God is everywhere so pray everywhere

This evening, before our time of prayer together, I want to take a few moments and consider a simple question related to prayer. This is a question that can be answered several ways and it will require us to look to several passages of Scripture to answer it thoroughly.

The question is: “When should we pray?”

We know that God commands prayer, that He desires us pray. But when are we to pray?

I want to take a few moments tonight to look at Scripture, so we can see how the Bible answers the question. Then I want consider some practical ways that we can implement and do what the Bible commands us.

I hope when I asked the questions, that several answers and several verses or passages of Scripture came to mind. The Bible has a lot to say about prayer. I am going to summarize the Bible’s response to the question into seven answers that I want to bring to your attention.

Now, the most obvious answer to the question of when to pray is always. We are to pray without ceasing. I want to come back to that one and consider it last. But let’s begin with some other times that we are to pray.

1. In times of affliction and distress

We pray when we feel a great need to pray. Maybe we are facing a situation beyond our control and we realize that God is our only help and our only hope. Now, in truth, that is our situation at all times. But we are not always mindful that we live moment by moment in dependence upon God. And so God in His kindness and providence will sometimes bring trials across our path simply to remind us of who He is, in His great abundance and provision and power and faithfulness, so that we will remember and seek Him in prayer. We see an example of this in Psalm 102. The very title describes a situation of distress:

“A PRAYER OF ONE AFFLICTED, WHEN HE IS FAINT AND POURS OUT HIS COMPLAINT BEFORE THE LORD.”

Hear my prayer, O LORD;
let my cry come to you!
Do not hide your face from me
in the day of my distress!
Incline your ear to me;
answer me speedily in the day when I call!
(Psalms 102:1–2)

This is a time when we most certainly should pray—in the day of our distress.

In Acts 4 Peter and John had been arrested and brought before the authorities. They were threatened and charged not to preach any more in the name of Jesus. So what did they do?

They gathered the church to give testimony and to pray.

When they were released, they went to their friends and reported what the chief priests and the elders had said to them. And when they heard it, they lifted their voices together to God and said, “Sovereign Lord, who made the heaven and the earth and the sea and everything in them, who through the mouth of our father David, your servant, said by the Holy Spirit,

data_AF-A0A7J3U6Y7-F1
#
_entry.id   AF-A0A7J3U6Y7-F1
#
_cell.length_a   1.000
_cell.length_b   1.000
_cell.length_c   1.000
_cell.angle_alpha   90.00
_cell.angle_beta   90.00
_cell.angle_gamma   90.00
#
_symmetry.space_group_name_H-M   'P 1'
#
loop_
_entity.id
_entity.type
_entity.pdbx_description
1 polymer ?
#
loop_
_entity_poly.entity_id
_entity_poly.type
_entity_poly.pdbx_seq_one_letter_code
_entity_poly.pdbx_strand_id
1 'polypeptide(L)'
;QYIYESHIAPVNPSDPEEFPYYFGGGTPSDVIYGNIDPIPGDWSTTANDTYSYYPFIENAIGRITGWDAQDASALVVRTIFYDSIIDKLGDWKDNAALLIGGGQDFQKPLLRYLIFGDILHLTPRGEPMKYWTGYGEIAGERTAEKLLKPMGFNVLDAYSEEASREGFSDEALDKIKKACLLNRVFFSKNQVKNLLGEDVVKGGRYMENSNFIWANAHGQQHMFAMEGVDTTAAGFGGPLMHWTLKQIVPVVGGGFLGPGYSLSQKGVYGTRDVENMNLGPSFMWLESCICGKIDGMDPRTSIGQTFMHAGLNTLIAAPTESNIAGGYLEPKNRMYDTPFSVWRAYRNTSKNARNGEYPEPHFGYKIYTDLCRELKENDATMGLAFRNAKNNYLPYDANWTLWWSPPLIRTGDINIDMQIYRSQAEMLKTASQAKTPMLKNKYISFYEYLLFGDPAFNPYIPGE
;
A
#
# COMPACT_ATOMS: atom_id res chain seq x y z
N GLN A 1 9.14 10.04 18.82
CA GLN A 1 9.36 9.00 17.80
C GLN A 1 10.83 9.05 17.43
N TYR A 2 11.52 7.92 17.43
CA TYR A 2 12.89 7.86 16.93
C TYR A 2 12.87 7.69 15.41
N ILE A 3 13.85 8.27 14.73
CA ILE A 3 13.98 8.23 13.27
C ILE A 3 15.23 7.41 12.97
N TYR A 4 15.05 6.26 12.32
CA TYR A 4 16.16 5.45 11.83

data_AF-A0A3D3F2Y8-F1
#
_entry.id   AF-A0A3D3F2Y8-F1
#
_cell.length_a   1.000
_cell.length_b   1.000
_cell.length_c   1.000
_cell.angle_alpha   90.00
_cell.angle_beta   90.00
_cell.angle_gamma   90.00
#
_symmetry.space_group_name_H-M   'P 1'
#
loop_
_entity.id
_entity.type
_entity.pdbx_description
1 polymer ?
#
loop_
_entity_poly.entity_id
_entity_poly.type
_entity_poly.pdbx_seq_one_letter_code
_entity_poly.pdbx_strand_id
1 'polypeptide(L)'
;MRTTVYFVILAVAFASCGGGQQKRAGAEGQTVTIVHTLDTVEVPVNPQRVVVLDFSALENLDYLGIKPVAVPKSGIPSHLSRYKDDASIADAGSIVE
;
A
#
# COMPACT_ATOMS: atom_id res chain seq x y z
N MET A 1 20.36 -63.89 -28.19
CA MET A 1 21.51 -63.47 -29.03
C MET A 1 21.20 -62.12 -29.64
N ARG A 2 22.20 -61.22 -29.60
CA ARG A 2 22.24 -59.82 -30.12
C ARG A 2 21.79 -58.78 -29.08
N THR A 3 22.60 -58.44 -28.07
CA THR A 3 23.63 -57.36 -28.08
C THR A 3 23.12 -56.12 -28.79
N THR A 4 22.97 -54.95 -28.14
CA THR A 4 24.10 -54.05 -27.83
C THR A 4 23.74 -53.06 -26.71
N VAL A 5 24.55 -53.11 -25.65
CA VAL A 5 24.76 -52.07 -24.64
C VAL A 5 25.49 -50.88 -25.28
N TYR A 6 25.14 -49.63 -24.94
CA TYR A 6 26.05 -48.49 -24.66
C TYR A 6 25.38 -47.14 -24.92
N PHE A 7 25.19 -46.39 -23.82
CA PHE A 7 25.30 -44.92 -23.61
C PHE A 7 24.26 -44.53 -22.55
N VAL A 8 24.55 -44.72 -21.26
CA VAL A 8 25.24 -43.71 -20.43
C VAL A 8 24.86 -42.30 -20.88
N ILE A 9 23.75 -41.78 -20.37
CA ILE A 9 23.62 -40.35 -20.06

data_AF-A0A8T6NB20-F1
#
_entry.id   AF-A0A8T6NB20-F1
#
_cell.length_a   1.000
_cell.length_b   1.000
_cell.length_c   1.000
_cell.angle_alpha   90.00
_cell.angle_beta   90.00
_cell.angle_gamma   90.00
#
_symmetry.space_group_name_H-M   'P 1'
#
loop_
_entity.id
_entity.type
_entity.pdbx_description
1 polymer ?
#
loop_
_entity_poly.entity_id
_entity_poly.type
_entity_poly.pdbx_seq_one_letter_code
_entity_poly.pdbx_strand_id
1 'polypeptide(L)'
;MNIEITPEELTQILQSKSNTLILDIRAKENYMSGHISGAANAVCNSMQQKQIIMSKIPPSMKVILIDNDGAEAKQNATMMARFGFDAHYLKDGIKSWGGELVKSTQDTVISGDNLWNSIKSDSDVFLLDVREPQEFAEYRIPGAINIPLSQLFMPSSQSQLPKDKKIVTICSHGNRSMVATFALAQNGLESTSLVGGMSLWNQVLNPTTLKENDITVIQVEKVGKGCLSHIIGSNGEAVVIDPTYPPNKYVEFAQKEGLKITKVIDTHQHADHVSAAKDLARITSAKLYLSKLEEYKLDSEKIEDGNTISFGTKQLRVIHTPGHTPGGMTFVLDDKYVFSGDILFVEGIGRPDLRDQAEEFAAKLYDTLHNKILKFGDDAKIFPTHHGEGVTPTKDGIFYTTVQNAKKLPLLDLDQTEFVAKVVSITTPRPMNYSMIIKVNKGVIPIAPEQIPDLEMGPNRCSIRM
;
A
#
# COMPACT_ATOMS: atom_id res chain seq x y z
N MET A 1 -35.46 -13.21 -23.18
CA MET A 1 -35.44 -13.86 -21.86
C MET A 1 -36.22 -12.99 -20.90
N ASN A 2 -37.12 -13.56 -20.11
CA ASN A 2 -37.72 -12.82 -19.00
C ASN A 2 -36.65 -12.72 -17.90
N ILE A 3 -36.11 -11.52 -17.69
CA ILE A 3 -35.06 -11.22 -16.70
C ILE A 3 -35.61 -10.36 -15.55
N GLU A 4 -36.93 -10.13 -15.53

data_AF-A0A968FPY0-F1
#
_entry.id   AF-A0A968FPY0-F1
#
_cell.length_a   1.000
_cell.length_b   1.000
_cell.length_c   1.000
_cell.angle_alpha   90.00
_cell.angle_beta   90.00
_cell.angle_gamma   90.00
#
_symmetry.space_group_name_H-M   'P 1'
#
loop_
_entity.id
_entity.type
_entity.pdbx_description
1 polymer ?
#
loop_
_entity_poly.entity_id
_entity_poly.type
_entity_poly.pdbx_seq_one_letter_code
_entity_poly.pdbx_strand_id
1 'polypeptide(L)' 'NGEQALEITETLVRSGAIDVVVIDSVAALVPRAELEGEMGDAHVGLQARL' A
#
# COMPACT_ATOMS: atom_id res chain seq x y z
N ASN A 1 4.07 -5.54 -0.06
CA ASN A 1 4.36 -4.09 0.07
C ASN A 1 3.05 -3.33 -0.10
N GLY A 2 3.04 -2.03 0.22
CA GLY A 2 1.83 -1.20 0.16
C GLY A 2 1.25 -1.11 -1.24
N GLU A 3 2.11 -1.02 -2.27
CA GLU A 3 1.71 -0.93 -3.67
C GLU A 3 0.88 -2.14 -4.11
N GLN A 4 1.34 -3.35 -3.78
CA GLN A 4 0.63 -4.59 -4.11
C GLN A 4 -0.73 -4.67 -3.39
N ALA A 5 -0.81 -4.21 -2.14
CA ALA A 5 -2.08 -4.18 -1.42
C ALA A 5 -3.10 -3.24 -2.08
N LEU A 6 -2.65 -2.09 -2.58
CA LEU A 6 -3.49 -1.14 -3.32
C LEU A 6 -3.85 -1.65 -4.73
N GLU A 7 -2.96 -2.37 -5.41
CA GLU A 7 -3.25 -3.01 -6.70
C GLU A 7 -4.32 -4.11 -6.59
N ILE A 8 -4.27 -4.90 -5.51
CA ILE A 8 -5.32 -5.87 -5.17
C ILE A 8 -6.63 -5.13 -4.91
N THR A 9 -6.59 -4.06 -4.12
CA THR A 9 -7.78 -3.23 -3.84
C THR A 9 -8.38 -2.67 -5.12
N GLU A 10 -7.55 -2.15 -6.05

“‘Why did the Gentiles rage,
and the peoples plot in vain?
The kings of the earth set themselves,
and the rulers were gathered together,
against the Lord and against his Anointed’ —

for truly in this city there were gathered together against your holy servant Jesus, whom you anointed, both Herod and Pontius Pilate, along with the Gentiles and the peoples of Israel, to do whatever your hand and your plan had predestined to take place. And now, Lord, look upon their threats and grant to your servants to continue to speak your word with all boldness, while you stretch out your hand to heal, and signs and wonders are performed through the name of your holy servant Jesus.” And when they had prayed, the place in which they were gathered together was shaken, and they were all filled with the Holy Spirit and continued to speak the word of God with boldness (Acts 4:23–31).

When the church sensed the need to pray, they came together and sought the LORD. And in their prayer, they looked to the testimony of God in His Word (from Psalm 2). They saw how Jesus had fulfilled what David had sung, and they were filled with hope.

2. In times of blessing and prosperity

When God is good to us, we are to remember and give thanks. We see this in Psalm 107:

Oh give thanks to the LORD, for he is good,
for his steadfast love endures forever!
Let the redeemed of the LORD say so,
whom he has redeemed from trouble
and gathered in from the lands,
from the east and from the west,
from the north and from the south.
(Psalms 107:1-3)

This psalm continues in each stanza with examples of people crying out to God in distress.

God answers each prayer and the refrain is repeated:

Let them thank the LORD for his steadfast love,